During the year 1945-46 the Epigraphical Branch of the Archaeological
Survey of India examined 56 copper plate charters and copied 355 stone inscriptions, the majority of which belong to South India. Among the copper plates
the following are of outstanding importance.
Two (Nos. 52 and 53) pertain to the Śarabhapura king Mahāsudēvarāja.
They are both dated in the 7th regnal year. One of them is issued from
Śarabhapura and the other (No. 53 ; plate) from Śrīpura. The latter describes the
king as the son of Mahādurggarāja, a name hitherto unknown in the genealogy
of the Śarabhapura kings. It mentions Sarvādhikārādhikṛita Śrī Mahāsāmanta
Indrabalarāja as the dūtaka. This individual may be identical with Indrabala
of the Kharod inscription (Bhandarkar’s List, No. 1651), the ancestor of the
Pāṇḍava kings of Southern Kōsala. From this it would follow that the
Śarabhapura chiefs were succeeded by the Pāṇḍava kings of Southern Kōsala.
The Pāṇḍava kings might have started their career as feudatories of the
Śarabhapura kings whom they eventually overthrew about the 6th century A.D.
The Bārdūla plates of the Sōmavaṁśī king Mahāśivagupta (No. 51), the
Jurērpur plate of the Nanda king Dēvānandadēva (No. 56) and the Bilaigarh
plates of the Kalachuri ruler Pṛithvīdēva II dated in the Kalachuri year 896
(No. 50) are again among the charters that come from the Central Provinces and
Chhattisgarh. The first, dated in the 9th year of the king’s reign, registers a
gift by the king of the village Vaṭapadraka situated in the Kośīra-Nandapura¬vishaya to Nārāyaṇa-haṁsōpādhyāya and other Brāhmaṇas. The second,
issued from Jayapura, mentions the territorial division named Airāvaṭa and
records the gift of a village situated in this division to Dēvapāla Bhaṭṭa. Airāvaṭa has been located in the Cuttack District, the place having been identified
with Raṭāgarh ; and Jayapura from which the charter was issued may be held
to be identical with Jaipur in the Dhenkanal State. The last mentioned Bilaigarh plates record the grant by the king of the village Paṇḍaratalāī in Ēvaḍimaṇḍala to a Brāhmaṇa named Dēlhuka alias Brahmadēva of the Vasta-gōtra.
The gift-village which is also mentioned in one of the Sheorinārāyan temple
inscriptions may possibly be identified with the village Pendria, the nearest
of the villages bearing the same name, to the findspot of the plates.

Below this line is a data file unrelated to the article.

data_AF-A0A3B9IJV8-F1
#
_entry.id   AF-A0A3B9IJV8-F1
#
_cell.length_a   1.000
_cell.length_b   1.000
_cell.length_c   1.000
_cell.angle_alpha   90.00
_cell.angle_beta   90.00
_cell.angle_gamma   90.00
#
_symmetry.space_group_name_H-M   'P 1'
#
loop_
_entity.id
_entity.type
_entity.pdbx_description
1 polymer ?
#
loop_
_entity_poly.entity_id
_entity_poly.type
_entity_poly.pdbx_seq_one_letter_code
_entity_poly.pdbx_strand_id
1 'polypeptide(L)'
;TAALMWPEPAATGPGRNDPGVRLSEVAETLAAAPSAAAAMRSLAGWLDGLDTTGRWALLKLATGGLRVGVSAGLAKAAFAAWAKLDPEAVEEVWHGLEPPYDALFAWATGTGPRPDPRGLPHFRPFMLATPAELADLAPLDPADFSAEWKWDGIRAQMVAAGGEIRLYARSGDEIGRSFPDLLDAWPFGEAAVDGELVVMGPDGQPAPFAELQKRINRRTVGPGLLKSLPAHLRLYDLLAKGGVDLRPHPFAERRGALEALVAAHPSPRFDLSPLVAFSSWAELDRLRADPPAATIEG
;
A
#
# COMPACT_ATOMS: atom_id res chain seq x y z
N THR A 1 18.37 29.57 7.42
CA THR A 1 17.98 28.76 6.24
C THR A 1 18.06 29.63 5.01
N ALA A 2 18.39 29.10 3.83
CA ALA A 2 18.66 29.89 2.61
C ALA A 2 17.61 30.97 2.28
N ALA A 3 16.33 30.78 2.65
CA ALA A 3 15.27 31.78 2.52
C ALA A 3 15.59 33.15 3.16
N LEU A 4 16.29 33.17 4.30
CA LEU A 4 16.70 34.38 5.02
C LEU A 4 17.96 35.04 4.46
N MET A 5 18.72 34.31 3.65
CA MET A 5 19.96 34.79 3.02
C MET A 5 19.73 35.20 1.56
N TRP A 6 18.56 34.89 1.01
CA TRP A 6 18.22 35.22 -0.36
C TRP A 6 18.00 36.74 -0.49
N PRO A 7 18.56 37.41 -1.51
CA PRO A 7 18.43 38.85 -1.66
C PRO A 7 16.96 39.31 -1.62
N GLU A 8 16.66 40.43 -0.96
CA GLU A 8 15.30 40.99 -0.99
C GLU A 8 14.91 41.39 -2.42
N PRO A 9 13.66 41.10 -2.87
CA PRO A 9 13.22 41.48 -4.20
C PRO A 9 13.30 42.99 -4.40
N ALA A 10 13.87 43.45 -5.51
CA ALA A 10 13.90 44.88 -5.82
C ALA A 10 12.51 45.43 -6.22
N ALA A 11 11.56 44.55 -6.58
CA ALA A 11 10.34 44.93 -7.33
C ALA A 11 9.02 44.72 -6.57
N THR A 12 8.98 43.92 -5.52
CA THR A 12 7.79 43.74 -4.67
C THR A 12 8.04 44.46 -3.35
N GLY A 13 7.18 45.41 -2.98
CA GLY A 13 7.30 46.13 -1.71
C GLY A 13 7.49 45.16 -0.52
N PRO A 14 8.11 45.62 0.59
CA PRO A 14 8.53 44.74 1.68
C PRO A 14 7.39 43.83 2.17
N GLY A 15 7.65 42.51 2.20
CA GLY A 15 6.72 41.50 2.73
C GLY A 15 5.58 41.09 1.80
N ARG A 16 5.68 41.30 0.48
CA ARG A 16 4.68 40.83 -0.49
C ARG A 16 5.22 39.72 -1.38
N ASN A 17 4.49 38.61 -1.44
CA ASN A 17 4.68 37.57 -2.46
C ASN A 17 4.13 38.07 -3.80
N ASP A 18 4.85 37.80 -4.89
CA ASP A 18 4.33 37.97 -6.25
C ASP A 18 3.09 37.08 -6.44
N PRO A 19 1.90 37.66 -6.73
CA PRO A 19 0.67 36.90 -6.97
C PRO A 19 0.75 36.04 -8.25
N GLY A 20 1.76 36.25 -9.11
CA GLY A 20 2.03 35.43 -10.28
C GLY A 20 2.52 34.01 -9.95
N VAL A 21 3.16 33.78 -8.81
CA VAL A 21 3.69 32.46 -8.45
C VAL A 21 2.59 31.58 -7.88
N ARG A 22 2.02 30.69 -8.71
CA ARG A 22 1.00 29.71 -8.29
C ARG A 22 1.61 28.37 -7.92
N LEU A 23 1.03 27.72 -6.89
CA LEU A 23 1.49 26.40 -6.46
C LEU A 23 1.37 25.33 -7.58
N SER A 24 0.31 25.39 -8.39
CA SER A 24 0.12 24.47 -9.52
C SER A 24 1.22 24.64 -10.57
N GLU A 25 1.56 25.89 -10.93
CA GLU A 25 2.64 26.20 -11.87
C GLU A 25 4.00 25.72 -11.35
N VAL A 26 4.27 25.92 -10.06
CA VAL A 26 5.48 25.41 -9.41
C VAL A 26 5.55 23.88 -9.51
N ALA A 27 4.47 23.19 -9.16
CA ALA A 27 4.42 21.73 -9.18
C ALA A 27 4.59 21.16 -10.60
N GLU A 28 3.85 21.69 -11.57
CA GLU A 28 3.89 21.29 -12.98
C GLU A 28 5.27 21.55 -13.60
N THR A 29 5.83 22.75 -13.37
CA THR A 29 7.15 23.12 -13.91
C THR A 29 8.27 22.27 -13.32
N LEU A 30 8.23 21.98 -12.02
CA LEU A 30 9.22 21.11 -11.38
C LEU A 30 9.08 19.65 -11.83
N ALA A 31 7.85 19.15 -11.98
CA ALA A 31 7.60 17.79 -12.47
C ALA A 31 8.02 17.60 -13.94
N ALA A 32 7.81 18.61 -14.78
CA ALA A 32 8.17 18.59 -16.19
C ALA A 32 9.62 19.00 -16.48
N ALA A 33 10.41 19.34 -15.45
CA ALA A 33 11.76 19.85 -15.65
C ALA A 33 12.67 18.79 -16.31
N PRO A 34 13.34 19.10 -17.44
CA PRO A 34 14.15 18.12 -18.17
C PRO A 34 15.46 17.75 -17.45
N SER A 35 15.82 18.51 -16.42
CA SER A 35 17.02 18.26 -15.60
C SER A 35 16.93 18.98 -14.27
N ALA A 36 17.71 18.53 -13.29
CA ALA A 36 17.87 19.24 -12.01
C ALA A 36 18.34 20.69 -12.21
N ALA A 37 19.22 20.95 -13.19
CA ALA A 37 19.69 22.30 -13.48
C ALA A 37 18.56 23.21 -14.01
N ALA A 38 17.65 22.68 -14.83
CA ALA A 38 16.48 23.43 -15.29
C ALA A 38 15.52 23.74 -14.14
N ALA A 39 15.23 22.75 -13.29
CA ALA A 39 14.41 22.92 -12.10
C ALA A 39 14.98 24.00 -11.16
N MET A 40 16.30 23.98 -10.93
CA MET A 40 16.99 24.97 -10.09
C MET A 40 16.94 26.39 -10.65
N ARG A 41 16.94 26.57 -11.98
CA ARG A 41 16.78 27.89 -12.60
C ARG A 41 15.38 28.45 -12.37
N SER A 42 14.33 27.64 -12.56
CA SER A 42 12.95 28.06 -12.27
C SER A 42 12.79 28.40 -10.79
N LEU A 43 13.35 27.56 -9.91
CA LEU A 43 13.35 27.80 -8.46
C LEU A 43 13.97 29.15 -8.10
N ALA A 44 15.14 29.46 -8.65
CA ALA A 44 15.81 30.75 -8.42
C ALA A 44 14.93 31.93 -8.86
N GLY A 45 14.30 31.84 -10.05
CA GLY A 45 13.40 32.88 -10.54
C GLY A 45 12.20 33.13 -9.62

Three charters (Nos. 1, 2 and 3) received from the Collector of Vizagapatam
belong to the Eastern Chālukya king Pṛithvī-Jayasiṁhavallabha. One of them
(No. 1), dated in the 18th regnal year, cites a lunar eclipse and gives other astronomical details which show that this king began to rule in A.D. 641 and also fix
the starting point of the Eastern Chālukya chronology at A.D. 624. These
records are under publication in the Epigraphia Indica by Mr. M. S. Sarma who
examined them independently.
A set of five plates belonging to the Western Chālukya king Vijayāditya
(No. 49) was discovered at Shiggaon, Dharwar District, Bombay Province. The
record is dated Śaka 630, the 11th regnal year, and is issued from the king’s camp
at Kisuvolal. It records the gift of a village by the king to a Jina-bhavana erected by the princess Kuṅkumadēvī. The gift is stated to have been made at
the instance of the Āḷupa chief Chitravāhana at the time when the king visited
Vanavāsī to meet the Āḷupa ruler. Kisuvolal, the king’s camp, may be identified with Raktapura which is but a Sanskrit rendering of Kisuvolal. Fleet had
identified it with Paṭṭadakal in the Bijapur District of the Bombay Presidency.
The princess Kuṅkumadēvī is mentioned as a sister of Vijayāditya in a late 11th
century record. Her mention in a contemporary record like the present one is
thus of great interest.
A grant of the Eastern Gaṅga king Sāmantavarman, dated in the 64th year
(of the Gāṅga era) (No. 5), records the gift of the village of Pratishṭhāpura to
certain Brāhmaṇas. The record is one of the few early Gaṅga charters dated in
A copper plate inscription of the Orissa chief Mukunda Bāhubalēndra bearing
the Śaka date 1517 (No. 7) was received for examination from the Madras Museum.
It deserves notice as it is the only grant on copper known so far of this chief,
who is described as the son of a Bāhubalēndra.